The Scottish Government has said there are no plans for tax increases after a Yes vote, claiming it could raise £250m a year or more by simplifying tax. But the chairman of Yes Scotland, Dennis Canavan, has hinted at a system which would mean the wealthy would pay more than those less well off.

NO

Better Together has pointed to research by the Institute for Fiscal Studies suggesting that from 2016, an independent Scotland’s public finances would face a bigger deficit than the UK’s. It argues this would leave a £6bn hole in public spending which could only be plugged by big tax increases.

YES

Alex Salmond accused the “Westminster elite” of jeopardising Scotland’s EU future. Mr Salmond remains confident Scotland will successfully negotiate a “continuing” membership of the EU in the 18-month window between now and the date set for independence in 2016. In other words Scotland would not technically leave the EU.

NO

Legal advice taken by the Government claims an 18-month negotiating window is “unrealistic”. The possibility that Scotland would trail the pound would prove a barrier to continuing membership. The claim is “No functioning central bank, no EU”. Allowing Scotland to be handed fast-track membership without evidence of the usual convergent economic requirements would be unprecedented.

YES

Nationalists always knew they would face an assault from big business and got their retaliation in early. Business for Scotland was launched in March 2013 and now boasts a membership of 2,500 business people. Like its rivals, it has rolled out declarations of support, with 200 executives coming out for independence in August followed by another 100 last week.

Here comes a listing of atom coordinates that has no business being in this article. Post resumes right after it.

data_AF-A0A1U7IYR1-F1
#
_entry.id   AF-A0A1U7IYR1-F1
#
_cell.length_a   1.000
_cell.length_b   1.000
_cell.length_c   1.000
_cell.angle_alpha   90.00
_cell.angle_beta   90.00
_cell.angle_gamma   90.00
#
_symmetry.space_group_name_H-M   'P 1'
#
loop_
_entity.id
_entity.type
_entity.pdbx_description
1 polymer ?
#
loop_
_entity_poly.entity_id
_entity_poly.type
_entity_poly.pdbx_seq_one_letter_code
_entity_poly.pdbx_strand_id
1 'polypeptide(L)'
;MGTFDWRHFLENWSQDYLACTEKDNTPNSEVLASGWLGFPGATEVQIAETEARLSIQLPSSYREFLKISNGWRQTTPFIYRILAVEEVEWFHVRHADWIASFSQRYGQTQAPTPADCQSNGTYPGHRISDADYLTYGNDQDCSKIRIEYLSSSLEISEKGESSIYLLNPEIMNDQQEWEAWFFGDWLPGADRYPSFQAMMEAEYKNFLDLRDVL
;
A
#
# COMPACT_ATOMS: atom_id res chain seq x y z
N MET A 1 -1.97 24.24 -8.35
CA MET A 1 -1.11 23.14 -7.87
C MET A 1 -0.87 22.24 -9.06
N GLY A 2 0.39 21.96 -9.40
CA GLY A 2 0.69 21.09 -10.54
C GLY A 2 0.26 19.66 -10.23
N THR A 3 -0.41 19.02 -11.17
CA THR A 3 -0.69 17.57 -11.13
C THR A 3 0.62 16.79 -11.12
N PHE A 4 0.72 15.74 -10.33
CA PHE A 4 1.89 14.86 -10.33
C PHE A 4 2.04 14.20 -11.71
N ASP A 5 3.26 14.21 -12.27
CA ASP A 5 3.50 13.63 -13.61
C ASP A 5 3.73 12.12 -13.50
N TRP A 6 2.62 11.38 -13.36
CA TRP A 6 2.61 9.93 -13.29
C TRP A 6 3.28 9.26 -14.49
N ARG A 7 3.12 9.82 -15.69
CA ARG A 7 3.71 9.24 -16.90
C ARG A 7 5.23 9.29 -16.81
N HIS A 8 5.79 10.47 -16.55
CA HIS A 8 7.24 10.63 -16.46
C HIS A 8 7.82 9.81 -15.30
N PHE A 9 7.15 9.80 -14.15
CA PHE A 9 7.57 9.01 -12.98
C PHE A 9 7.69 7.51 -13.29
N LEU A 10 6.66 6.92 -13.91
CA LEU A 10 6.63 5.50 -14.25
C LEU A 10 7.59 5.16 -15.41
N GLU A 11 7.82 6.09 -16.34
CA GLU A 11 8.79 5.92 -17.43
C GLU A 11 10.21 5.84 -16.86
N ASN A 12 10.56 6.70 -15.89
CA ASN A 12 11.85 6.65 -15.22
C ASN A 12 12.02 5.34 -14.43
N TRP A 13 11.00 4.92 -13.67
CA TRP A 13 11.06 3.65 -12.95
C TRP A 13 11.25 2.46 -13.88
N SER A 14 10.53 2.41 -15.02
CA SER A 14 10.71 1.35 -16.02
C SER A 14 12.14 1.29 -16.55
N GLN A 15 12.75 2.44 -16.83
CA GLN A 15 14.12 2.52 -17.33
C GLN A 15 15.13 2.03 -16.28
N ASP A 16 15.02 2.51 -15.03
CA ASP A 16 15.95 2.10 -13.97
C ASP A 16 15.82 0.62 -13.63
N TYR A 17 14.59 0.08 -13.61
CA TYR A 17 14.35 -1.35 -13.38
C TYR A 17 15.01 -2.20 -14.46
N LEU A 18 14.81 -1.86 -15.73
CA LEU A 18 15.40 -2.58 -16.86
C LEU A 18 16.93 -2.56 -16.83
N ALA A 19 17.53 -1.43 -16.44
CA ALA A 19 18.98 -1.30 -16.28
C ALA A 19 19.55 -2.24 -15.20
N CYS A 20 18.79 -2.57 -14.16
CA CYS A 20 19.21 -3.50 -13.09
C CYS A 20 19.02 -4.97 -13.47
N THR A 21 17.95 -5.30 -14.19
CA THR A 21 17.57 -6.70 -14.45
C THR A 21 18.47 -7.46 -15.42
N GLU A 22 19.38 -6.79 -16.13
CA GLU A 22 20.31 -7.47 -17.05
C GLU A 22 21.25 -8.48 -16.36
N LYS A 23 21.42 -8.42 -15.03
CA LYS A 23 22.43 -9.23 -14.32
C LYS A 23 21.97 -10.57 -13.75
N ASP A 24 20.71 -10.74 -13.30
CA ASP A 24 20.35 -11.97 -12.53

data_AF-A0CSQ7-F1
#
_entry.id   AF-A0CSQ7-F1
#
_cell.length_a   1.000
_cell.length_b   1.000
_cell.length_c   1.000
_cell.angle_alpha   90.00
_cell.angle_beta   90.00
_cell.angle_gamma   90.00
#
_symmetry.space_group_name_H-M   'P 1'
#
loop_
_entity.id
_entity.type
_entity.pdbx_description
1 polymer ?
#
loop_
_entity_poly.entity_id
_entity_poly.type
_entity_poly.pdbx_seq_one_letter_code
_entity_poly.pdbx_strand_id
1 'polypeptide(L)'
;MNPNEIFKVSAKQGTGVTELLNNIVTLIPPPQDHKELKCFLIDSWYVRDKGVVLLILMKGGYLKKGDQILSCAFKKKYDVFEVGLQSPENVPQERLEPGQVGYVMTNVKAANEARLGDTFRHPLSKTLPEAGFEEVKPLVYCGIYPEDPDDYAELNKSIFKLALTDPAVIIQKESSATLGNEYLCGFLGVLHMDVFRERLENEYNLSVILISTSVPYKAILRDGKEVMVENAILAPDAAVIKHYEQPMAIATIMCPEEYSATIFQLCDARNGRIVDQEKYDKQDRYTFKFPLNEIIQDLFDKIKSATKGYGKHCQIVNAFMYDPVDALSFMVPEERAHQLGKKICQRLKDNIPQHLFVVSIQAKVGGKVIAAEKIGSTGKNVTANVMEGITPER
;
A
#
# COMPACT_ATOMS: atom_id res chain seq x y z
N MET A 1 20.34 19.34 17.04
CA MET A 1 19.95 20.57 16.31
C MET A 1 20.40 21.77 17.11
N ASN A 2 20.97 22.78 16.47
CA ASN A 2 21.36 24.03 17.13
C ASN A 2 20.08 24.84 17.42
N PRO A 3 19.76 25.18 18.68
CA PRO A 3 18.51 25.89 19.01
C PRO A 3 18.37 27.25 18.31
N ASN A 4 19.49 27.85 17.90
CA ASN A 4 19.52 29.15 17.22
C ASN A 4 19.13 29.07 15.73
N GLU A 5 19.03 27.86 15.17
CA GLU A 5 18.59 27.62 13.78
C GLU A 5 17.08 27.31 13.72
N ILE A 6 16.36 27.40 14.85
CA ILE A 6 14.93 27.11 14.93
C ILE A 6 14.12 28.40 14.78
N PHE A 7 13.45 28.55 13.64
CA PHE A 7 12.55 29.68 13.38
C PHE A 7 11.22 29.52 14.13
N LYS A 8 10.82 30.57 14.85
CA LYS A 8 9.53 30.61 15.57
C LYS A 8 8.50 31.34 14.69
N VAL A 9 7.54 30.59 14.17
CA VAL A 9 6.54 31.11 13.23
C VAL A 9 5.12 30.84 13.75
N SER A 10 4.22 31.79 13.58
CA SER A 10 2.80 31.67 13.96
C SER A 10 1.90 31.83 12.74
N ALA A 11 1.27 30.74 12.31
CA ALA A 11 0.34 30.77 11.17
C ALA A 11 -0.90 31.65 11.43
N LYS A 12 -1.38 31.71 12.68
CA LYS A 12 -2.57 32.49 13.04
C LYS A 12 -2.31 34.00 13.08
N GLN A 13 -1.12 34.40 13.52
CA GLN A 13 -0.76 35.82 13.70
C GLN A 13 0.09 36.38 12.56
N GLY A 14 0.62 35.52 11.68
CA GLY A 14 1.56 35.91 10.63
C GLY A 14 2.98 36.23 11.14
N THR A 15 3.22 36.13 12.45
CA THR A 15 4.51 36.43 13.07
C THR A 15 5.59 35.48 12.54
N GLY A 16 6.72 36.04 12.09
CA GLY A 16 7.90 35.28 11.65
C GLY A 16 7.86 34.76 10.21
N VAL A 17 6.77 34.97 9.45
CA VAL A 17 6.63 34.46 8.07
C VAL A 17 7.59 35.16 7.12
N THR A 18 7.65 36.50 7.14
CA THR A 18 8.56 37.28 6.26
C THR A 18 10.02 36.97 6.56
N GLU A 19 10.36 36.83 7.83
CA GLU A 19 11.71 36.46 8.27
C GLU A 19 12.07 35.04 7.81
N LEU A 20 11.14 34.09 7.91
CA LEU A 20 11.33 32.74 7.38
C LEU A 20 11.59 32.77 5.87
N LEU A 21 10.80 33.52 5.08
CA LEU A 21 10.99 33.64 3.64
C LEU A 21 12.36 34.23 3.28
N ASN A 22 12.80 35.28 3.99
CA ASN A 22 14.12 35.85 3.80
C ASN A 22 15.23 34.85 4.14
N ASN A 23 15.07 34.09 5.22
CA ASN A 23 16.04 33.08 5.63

NO

Big names raising fears about the impact of independence in recent days have included the Royal Bank of Scotland, Lloyds, Standard Life, BP and Kingfisher. John Lewis added the warning to consumers that prices could be higher in a separate Scotland than in England.

YES

A new Scottish Broadcasting Corporation (SBC) would be created as a state broadcaster, and the BBC’s Scottish staff could form part of that new organisation. The same assurances have been given on other national arts organisations, already branded with a Scottish identity, such as Scottish Ballet.

NO

Alex Salmond’s belief that an SBC and the BBC would swap programming was described as “make believe” by the former Director General of the BBC, John Birt. Some BBC executives in Scotland worry about their future, saying STV, the main commercial broadcaster in Scotland, could be handed the role currently occupied by BBC Scotland. Economists have warned that an independent Scotland’s TV licence was likely to be triple the current UK fee.

More: 10 Scottish people who can't vote in the independence referendumMore: Your questions about an independent Scotland, answered

Trending